It is often said that Omaha is a game of "the nuts", i.e. the best possible high or low hand, because it frequently takes "the nuts" to win a showdown. It is also a game where between the cards in his hand and the community cards a player may have drawing possibilities to multiple different types of holdings. For example, a player may have both a draw to a flush and a full house using different combinations of cards. At times, even seasoned players may need additional time to figure what draws are possible for their hand.

The basic differences between Omaha and Texas hold 'em are these: first, each player is dealt four hole cards instead of two. The betting rounds and layout of community cards are identical. At showdown, each player's hand is the best five-card hand made from exactly three of the five cards on the board, plus exactly two of the player's own cards. Unlike Texas hold 'em, a player cannot play four or five of the cards on the board with fewer than two of his own, nor can a player use three or four hole cards to disguise a strong hand.

Some specific things to notice about Omaha hands are:

Omaha hi-low split-8 or better[edit]

A showdown in Omaha hi-low split. Player on the left wins the low-hand half with the nut low A-2-3-4-5, player on the right wins the high-hand half with a full house 5-5-5-J-J
The most valuable starting hand in Omaha hi-low split

In Omaha hi-low split-8 or better (simply Omaha/8), each player makes a separate five-card high hand and five-card ace-to-five low hand (eight-high or lower to qualify), and the pot is split between the high and low (which may be the same player). To qualify for low, a player must be able to play an 8-7-6-5-4 or lower (this is why it is called "eight or better"). A few casinos play with a 9-low qualifier instead, but this is rare. Each player can play any two of his four hole cards to make his high hand, and any two of his four hole cards to make his low hand. If there is no qualifying low hand, the high hand wins (scoops) the whole pot. This game is usually played in the fixed limit version, although pot limit Omaha/8 is becoming more popular. A few low-stakes online tournaments feature no limit Omaha/8.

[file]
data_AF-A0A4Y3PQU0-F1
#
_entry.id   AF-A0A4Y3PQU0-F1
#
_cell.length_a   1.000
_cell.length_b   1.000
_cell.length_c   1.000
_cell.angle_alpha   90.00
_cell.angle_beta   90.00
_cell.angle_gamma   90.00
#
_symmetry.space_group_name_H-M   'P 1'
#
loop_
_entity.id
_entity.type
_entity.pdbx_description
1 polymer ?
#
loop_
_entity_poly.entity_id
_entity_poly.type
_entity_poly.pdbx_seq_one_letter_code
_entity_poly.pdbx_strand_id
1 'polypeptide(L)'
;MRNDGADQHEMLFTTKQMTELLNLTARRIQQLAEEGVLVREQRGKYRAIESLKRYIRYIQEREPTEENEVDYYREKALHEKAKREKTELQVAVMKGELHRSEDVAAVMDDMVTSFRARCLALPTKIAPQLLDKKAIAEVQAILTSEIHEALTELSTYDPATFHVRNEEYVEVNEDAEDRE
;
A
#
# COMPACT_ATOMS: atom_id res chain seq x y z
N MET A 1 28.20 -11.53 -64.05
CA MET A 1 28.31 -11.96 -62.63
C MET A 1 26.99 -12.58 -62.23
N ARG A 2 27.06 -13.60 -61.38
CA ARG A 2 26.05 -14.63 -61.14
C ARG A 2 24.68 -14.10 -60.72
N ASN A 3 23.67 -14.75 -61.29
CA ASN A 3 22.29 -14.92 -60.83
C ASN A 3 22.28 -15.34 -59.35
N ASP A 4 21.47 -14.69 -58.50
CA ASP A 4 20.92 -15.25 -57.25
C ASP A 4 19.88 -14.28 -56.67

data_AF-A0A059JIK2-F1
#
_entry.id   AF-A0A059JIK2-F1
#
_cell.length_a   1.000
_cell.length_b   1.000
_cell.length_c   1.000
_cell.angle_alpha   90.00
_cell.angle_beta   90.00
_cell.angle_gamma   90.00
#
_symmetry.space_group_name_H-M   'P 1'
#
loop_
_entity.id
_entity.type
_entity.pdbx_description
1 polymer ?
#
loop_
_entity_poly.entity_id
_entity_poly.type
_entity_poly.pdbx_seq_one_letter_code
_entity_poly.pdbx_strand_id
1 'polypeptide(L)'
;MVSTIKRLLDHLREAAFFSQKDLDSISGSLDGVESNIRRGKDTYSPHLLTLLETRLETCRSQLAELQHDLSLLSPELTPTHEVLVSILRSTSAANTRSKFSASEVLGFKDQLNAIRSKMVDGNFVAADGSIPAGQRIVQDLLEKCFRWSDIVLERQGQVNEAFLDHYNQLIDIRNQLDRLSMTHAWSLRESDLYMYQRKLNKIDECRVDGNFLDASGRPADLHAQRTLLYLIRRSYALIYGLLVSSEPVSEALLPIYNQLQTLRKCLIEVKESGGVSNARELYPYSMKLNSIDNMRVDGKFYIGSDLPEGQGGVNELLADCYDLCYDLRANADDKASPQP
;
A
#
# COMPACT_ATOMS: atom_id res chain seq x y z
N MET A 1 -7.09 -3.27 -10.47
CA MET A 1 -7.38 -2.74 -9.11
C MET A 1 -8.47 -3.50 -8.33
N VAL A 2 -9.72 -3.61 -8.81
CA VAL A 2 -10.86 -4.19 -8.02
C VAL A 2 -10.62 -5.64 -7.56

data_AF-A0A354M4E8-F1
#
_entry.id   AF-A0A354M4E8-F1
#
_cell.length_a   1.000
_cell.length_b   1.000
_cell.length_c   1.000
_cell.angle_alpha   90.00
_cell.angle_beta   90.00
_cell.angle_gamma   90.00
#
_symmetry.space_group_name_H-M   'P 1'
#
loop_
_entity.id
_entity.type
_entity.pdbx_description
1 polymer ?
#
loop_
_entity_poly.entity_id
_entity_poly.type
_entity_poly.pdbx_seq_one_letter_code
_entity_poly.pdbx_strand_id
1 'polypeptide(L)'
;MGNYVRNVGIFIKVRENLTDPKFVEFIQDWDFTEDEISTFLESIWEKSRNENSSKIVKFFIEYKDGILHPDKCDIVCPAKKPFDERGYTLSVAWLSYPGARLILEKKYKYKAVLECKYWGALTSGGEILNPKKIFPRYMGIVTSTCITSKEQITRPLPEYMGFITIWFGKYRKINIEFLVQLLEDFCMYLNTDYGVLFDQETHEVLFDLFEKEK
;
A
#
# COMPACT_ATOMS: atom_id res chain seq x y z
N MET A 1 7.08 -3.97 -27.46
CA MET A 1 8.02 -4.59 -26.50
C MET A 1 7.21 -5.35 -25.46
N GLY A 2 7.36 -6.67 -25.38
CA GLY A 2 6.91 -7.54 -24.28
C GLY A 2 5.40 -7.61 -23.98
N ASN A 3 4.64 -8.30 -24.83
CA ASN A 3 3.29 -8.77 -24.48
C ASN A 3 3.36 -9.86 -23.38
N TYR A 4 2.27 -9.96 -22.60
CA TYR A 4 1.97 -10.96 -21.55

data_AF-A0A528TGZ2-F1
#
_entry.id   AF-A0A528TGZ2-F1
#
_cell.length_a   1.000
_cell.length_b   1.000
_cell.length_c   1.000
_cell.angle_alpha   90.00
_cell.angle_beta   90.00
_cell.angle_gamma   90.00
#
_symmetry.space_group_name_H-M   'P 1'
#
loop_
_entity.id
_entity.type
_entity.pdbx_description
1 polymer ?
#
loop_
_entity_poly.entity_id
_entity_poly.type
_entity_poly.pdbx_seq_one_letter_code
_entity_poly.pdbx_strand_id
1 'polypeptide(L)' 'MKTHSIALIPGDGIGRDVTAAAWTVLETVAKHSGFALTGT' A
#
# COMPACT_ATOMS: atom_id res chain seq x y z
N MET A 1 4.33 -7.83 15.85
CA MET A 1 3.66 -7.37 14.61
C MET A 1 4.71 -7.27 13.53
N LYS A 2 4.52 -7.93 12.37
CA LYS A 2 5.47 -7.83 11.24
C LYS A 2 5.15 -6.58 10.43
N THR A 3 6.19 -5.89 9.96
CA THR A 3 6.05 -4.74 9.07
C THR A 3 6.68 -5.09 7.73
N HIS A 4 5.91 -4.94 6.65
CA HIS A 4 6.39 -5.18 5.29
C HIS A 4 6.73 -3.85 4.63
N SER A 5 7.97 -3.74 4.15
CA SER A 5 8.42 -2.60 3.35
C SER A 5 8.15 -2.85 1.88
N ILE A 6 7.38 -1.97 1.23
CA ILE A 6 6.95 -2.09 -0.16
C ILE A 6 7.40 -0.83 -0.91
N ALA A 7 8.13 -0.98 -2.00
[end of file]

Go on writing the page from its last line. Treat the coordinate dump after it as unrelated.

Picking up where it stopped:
The brief explanation above belies the complexity of the game, so a number of examples will be useful here to clarify it. The table below shows a five-card board of community cards at the end of play, and then lists for each player the initial private four-card hand dealt to him or her, and the best five-card high hand and low hand each player can play on showdown:

Board: 2 5 10 7 8
PlayerHandHighLow
AlanA 4 5 K5 5 A 10 87 5 4 2 A
BryanA 3 10 1010 10 10 8 77 5 3 2 A
Chris7 9 J QJ 10 9 8 7
Cannot qualify
Derek4 6 K K8 7 6 5 47 6 5 4 2
EveA 3 6 910 9 8 7 67 5 3 2 A

In the deal above, Chris wins the high-hand half of the pot with his J-high straight, and Bryan and Eve split the low half (getting a quarter of the pot each) with 7-5-3-2-A.